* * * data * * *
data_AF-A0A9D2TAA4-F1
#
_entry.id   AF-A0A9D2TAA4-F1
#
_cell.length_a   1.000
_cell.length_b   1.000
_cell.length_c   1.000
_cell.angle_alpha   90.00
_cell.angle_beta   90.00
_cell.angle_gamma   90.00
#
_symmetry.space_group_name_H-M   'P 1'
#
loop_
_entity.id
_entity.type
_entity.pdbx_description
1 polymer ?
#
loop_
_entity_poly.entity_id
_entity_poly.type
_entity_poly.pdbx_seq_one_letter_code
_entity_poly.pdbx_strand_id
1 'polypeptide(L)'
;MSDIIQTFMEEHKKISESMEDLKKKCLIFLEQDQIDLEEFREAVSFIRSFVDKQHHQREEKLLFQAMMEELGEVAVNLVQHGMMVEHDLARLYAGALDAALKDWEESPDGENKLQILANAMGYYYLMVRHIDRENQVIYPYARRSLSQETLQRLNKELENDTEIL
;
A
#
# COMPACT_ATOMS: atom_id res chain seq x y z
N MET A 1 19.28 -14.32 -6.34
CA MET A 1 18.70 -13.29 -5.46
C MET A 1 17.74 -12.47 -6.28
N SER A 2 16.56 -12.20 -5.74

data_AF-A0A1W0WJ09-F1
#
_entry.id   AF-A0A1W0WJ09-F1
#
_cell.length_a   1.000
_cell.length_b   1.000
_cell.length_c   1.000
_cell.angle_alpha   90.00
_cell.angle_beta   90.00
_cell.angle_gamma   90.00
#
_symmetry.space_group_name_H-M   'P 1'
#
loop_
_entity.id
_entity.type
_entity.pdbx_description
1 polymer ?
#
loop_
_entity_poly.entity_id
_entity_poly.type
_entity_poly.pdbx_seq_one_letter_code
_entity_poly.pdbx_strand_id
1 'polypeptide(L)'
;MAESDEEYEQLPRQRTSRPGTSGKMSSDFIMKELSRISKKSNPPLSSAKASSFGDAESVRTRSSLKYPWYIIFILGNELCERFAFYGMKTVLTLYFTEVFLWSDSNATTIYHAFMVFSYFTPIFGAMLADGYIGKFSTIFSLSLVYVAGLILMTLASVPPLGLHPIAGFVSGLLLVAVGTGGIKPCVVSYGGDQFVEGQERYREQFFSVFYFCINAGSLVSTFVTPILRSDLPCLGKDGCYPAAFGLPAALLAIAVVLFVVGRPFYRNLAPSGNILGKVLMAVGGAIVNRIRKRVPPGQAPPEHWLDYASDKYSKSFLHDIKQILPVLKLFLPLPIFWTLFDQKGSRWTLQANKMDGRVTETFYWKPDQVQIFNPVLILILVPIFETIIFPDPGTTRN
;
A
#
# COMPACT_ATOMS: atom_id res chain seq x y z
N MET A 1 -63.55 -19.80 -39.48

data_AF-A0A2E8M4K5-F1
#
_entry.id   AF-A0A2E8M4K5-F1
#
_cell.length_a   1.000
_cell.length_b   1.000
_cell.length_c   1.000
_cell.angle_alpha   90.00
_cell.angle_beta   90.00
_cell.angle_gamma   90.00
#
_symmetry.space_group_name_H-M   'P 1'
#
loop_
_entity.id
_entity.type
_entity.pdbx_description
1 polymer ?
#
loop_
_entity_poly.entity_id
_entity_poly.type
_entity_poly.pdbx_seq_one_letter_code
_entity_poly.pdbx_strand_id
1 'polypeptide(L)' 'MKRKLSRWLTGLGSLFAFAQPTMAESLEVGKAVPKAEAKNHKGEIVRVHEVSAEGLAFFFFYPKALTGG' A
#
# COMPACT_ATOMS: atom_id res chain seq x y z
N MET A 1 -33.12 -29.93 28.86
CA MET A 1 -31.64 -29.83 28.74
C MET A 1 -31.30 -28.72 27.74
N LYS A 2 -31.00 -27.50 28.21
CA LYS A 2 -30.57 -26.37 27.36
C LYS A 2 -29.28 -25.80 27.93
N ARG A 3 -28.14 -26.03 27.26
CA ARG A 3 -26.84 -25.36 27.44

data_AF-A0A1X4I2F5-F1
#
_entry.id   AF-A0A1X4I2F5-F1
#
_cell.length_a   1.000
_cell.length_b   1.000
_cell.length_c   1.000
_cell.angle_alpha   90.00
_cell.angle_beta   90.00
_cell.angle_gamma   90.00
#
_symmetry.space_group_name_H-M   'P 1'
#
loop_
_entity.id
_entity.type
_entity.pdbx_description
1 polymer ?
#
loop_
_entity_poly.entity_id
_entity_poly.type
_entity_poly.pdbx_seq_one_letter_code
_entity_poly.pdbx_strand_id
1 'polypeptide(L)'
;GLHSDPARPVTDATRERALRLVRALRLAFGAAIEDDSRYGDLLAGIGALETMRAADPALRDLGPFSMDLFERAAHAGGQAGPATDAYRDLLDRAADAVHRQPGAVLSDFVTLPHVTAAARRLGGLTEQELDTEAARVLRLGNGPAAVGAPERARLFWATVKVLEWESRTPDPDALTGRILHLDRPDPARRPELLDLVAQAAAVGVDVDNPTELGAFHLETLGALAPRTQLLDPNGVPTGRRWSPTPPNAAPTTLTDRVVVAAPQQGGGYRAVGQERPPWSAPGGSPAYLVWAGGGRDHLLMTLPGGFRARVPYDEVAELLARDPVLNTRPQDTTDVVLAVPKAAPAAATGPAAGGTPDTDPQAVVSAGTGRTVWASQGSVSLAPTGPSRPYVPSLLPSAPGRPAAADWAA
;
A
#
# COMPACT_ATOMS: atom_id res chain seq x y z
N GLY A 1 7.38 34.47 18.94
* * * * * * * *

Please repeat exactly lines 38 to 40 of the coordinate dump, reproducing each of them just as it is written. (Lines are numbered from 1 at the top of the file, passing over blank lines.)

#
_cell.length_a   1.000
_cell.length_b   1.000